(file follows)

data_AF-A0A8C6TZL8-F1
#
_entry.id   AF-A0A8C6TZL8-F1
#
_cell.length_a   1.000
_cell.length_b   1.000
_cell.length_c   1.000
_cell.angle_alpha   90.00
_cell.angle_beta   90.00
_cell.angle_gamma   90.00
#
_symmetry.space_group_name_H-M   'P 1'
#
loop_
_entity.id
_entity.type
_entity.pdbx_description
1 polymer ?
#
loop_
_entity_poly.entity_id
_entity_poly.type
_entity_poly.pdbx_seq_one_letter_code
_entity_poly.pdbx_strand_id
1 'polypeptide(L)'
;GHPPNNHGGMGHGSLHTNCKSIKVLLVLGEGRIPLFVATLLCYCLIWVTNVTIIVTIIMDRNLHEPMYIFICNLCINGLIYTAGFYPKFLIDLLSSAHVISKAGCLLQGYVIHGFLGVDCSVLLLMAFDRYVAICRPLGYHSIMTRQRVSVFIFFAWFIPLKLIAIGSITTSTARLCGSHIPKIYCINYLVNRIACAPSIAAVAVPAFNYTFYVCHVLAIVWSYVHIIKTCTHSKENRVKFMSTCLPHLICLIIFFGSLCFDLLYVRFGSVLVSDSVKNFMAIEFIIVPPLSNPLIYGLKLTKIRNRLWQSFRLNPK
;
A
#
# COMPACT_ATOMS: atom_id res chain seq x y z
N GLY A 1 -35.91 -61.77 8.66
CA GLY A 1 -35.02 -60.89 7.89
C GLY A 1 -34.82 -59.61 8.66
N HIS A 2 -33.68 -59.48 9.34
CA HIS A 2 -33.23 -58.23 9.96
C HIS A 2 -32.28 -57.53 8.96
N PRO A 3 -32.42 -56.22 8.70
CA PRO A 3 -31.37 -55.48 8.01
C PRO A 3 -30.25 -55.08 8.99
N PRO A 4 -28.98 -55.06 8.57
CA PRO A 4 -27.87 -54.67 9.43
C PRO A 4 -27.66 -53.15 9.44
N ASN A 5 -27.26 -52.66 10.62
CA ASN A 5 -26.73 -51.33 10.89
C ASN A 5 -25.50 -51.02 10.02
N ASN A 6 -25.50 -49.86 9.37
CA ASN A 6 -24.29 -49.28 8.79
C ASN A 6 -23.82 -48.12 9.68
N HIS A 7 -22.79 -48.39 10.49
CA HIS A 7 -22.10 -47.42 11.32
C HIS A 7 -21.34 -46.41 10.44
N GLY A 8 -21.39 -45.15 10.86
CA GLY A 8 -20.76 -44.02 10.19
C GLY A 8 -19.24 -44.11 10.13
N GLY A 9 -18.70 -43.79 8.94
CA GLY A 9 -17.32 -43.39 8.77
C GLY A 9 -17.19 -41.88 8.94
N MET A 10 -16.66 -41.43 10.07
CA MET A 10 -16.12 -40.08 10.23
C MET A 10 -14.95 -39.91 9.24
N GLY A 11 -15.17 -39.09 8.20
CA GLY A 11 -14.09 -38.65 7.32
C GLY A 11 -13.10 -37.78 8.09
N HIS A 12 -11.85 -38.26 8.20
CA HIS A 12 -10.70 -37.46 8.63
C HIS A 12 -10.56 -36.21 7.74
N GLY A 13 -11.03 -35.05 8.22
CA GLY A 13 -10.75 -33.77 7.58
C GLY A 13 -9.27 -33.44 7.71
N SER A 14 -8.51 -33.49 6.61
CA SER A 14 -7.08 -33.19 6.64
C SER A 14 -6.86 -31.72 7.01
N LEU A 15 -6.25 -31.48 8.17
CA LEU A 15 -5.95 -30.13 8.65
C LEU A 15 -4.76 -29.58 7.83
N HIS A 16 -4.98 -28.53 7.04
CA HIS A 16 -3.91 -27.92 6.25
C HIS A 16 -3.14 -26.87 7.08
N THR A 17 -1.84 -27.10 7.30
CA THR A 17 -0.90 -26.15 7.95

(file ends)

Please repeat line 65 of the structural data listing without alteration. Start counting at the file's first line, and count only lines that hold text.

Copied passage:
CA HIS A 12 -10.70 -37.46 8.63